The Author's Hand and the Printer's Mind: Transformations of the Written Word in Early Modern Europe

Written by Roger Chartier | November 18, 2013
The Author's Hand and the Printer's Mind: Transformations of the Written Word in Early Modern Europe, by Roger Chartier, Polity Books, November 2013

Synopsis

In Early Modern Europe the first readers of a book were not those who bought it. They were the scribes who copied the author’s or translator’s manuscript, the censors who licensed it, the publisher who decided to put this title in his catalogue, the copy editor who prepared the text for the press, divided it and added punctuation, the typesetters who composed the pages of the book, and the proof reader who corrected them. The author’s hand cannot be separated from the printers’ mind.

This book is devoted to the process of publication of the works that framed their readers’ representations of the past or of the world. Linking cultural history, textual criticism and bibliographical studies, dealing with canonical works - like Cervantes’ Don Quixote or Shakespeare’s plays - as well as lesser known texts, Roger Chartier identifies the fundamental discontinuities that transformed the circulation of the written word between the invention of printing and the definition, three centuries later, of what we call 'literature'.

More info


Roger Chartier is professor of history at the Collège de France, Director of Studies at the École des hautes études en sciences sociales and Annenberg Professor of History at the University of Pennsylvania.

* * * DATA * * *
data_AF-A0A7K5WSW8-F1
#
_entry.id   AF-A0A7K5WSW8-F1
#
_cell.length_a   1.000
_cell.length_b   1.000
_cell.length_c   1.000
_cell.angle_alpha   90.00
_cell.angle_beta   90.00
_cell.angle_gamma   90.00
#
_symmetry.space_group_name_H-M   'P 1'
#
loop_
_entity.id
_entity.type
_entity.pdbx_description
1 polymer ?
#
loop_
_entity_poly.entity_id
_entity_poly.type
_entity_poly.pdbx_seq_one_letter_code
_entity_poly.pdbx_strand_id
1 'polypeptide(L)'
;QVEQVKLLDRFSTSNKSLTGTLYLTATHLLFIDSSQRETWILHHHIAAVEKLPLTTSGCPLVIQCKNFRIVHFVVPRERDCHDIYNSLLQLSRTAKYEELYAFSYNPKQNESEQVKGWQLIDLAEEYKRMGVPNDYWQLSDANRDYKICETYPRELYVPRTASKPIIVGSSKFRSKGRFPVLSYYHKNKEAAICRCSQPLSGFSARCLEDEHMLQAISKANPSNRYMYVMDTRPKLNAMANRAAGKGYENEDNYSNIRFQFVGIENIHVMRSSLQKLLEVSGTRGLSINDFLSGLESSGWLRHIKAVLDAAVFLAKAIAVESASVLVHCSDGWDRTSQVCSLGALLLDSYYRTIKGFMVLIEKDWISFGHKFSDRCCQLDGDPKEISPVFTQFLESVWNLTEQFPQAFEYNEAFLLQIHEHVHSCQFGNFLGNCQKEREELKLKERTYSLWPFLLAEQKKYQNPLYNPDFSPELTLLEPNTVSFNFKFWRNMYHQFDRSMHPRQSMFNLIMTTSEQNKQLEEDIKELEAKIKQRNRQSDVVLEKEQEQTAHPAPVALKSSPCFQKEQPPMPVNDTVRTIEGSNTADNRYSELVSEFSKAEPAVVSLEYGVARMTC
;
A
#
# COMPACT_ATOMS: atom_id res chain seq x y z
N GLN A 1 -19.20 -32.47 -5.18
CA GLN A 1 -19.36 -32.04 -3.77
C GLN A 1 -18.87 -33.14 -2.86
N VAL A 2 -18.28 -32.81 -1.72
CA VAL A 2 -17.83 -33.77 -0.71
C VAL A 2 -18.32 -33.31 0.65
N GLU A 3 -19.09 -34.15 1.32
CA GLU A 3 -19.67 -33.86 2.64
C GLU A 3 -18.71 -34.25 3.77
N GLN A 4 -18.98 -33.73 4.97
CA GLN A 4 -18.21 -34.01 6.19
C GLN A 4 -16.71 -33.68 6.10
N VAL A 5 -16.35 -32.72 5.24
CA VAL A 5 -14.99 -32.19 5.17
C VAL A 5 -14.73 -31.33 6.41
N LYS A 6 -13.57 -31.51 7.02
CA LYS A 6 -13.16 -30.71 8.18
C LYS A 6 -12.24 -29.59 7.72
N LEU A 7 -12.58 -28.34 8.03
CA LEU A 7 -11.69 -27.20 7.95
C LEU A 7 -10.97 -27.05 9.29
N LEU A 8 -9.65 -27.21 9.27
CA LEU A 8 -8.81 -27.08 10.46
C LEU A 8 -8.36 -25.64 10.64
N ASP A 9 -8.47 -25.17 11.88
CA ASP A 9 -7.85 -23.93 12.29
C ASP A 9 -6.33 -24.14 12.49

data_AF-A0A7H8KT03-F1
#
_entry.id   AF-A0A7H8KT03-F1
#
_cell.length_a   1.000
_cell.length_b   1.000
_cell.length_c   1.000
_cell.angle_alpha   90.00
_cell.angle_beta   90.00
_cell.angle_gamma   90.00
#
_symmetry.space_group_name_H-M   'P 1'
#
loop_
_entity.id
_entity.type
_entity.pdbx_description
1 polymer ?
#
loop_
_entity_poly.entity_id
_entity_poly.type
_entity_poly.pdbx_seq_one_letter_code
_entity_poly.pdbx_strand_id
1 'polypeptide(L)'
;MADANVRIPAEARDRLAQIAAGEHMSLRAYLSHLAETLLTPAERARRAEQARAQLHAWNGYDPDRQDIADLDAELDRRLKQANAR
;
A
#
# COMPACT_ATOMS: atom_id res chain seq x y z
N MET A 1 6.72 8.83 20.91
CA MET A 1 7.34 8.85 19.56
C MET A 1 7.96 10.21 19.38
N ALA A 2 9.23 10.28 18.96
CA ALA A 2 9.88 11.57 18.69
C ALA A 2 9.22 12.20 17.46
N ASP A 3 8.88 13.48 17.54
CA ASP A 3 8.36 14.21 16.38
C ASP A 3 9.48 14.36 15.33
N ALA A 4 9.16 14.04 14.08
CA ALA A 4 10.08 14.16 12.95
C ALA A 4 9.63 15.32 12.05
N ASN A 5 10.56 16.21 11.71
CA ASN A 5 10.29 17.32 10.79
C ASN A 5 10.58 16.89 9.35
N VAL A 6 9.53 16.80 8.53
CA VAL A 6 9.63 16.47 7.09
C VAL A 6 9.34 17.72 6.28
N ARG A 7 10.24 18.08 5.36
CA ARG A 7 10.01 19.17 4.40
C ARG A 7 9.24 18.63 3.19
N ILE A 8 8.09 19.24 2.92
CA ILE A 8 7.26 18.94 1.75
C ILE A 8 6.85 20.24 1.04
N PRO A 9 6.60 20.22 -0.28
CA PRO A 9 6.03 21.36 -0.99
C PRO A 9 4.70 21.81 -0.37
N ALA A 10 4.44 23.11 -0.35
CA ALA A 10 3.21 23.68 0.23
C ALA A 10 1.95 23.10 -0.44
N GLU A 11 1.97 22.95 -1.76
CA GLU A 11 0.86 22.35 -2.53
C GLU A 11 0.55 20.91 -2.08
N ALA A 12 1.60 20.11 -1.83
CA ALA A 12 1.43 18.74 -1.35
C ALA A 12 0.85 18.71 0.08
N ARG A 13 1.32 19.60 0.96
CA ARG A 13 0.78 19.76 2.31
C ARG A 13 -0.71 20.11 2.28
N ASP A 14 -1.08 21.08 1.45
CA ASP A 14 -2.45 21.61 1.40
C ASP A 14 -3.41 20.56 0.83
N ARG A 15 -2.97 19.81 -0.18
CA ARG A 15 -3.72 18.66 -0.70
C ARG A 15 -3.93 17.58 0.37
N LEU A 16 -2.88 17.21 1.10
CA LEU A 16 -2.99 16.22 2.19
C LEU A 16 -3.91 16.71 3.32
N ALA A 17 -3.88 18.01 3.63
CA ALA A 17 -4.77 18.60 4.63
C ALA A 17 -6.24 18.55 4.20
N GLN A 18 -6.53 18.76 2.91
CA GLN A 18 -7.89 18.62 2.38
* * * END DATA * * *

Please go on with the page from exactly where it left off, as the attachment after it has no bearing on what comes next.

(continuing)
Comments are moderated and generally will be posted if they are on-topic and not abusive.
Sign in or register to post comments.

More new titles

new titles

The Child

Simone and Claude live in a house with a lush garden, enclosed by a gate that barely protects them from the growing violence and unrest of the surrounding low-income neighborhood. Simone mourns the loss of youth and possibility as Claude, a gym teacher who has been diagnosed with cancer, edges toward death. This is an unflinching portrait of a couple ravaged by illness and locked into mutual isolation—that is, until the arrival of a young boy brings hope and upsets their delicate danse macabre to devastating effect.
new titles

Pomelo's Opposites

Pomelo, our elefantastic hero, is here he again in a surprisingly comic and playful book of opposites.
new titles

Rimbaud the Son

Rimbaud the Son, widely celebrated upon its publication in France, investigates the life of a writer, the writing life, and the art of life-writing. Pierre Michon in his groundbreaking work examines the storied life of the French poet Arthur Rimbaud by means of a new literary genre: a meditation on the life of a legend as witnessed by his contemporaries, those who knew him before the legends took hold.